Greece, France, the United States and other Nations were searching about 130 nautical miles southeast of the Greek island of Karpathos, Greek aviation officials said.
The European Space Agency said that its Sentinel-1A satellite had spotted an oil slick near where the plane is believed to have crashed. The agency said it’s possible the slick could be from another source.
As crews searched, somber relatives gathered in Cairo and Paris airports in searched for the bodies, seeking word on their loved ones. Egypt Air officials met with families Saturday to explain the lengthy process of identifying the bodies.
The airline said it will take time to retrieve body parts and conduct DNA tests. Families were asked to provide as much information as possible to identify the body parts.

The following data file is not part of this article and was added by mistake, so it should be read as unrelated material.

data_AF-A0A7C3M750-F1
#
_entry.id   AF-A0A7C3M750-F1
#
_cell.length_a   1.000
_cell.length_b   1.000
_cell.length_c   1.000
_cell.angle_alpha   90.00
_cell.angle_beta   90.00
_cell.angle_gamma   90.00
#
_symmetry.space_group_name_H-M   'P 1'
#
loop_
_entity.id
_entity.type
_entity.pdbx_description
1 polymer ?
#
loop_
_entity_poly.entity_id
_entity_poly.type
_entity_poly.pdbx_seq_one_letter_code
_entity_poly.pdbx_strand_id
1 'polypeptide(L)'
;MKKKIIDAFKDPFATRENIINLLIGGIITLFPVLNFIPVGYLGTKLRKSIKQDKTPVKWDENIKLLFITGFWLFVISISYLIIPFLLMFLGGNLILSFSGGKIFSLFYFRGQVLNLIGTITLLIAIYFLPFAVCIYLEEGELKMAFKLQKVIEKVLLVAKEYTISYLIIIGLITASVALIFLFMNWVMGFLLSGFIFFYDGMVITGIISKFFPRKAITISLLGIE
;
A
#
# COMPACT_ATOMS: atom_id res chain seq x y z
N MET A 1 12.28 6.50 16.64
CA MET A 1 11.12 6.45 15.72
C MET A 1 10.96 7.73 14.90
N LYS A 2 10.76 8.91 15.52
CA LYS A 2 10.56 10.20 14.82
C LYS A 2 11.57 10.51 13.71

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The Egyptian Civil Aviation Ministry has formed an investigative committee for the crash led by Ayman al-Moqadem, the investigator also in charge of the inquiry into the October crash of a Russian Metrojet airliner over the Sinai. That disaster, which killed all 224 aboard, is widely believed to be the work of unknown terrorists.
Although the flight data indicated smoke alerts occurred near the cockpit minutes before the crash.
The data came through the Aircraft Communications Addressing and Reporting System, or ACARS, which sends messages between planes and ground facilities. A screen grab of data has time stamps that match the approximate time the aircraft went missing.